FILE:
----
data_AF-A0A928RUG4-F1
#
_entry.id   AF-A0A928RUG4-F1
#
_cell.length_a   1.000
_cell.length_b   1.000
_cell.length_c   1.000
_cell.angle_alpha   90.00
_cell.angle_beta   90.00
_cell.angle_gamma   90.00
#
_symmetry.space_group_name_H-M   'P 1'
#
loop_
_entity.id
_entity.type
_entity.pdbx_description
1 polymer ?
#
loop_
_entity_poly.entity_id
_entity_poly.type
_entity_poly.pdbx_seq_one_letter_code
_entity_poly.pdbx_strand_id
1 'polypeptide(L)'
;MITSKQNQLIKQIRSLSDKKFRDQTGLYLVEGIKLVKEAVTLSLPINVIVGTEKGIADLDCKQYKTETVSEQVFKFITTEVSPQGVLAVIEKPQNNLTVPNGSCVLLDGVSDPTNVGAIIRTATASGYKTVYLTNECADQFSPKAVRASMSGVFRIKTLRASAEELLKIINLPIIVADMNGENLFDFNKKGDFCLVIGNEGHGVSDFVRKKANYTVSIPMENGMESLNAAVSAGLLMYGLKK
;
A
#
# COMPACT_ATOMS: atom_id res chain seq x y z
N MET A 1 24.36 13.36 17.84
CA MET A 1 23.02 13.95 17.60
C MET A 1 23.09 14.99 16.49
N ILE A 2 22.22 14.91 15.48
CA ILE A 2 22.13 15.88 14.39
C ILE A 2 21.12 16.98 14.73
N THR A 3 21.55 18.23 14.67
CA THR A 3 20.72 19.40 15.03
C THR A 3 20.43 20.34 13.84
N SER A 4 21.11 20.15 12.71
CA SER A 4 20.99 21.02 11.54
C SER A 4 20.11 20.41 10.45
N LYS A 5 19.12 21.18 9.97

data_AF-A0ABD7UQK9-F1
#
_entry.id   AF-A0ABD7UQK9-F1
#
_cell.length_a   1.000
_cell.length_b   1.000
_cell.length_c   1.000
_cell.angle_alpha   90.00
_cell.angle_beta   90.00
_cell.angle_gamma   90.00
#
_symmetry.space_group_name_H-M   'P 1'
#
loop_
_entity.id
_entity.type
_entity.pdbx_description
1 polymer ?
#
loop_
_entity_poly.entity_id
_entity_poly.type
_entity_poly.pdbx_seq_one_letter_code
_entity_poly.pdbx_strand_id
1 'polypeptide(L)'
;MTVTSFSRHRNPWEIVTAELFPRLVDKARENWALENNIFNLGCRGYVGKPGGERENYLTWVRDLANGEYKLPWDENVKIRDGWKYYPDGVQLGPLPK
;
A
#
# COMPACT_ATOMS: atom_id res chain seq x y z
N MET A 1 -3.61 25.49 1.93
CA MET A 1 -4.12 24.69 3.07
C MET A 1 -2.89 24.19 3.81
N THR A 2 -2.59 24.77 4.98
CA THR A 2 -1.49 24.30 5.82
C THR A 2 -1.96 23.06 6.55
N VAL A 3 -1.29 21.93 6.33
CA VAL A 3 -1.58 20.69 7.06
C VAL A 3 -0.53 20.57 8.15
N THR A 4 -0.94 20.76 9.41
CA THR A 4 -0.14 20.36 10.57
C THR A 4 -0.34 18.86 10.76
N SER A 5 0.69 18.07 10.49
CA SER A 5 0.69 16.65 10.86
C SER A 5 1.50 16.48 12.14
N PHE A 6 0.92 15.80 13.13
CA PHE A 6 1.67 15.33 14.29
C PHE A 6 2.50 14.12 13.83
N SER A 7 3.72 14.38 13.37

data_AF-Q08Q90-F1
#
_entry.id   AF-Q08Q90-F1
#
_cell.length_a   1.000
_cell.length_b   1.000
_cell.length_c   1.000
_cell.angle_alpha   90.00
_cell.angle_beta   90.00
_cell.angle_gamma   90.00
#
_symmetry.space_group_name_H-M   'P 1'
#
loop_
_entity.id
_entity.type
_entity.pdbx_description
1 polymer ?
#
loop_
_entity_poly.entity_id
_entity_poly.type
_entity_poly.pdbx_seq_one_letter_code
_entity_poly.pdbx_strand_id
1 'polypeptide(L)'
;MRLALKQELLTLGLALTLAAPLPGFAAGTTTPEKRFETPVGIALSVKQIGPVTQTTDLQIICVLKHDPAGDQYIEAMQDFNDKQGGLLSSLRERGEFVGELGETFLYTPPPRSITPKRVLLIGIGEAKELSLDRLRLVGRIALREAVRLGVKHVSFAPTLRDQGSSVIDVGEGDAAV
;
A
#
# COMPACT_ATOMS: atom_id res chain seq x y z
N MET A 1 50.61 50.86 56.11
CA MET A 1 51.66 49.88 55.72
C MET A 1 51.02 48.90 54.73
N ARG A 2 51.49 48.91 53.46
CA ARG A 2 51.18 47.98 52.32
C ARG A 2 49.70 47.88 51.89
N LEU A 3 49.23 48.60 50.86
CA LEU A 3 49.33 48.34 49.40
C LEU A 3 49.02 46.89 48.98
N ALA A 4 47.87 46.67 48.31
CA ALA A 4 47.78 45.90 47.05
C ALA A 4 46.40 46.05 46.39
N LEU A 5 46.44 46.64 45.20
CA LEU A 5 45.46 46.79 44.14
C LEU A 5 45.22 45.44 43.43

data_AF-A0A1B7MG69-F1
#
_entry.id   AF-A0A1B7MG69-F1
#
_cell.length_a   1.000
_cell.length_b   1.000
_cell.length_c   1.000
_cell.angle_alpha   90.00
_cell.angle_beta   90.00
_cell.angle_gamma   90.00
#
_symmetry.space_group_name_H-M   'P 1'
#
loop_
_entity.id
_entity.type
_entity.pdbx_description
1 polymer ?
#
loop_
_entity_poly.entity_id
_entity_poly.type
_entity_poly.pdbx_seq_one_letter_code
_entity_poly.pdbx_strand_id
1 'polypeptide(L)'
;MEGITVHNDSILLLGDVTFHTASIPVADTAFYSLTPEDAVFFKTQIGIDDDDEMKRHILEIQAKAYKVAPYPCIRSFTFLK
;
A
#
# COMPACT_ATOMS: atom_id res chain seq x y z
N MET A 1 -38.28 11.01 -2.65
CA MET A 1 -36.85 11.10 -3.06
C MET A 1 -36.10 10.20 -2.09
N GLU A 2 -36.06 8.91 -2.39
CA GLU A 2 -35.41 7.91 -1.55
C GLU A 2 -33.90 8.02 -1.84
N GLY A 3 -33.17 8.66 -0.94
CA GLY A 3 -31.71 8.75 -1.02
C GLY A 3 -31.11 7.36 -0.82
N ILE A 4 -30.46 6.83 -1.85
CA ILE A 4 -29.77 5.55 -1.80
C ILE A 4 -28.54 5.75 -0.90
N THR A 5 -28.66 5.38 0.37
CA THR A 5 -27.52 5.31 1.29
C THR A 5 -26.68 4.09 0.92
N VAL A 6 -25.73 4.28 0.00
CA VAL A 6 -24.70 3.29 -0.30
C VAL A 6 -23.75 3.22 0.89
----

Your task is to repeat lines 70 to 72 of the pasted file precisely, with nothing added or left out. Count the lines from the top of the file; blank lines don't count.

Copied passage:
;
A
#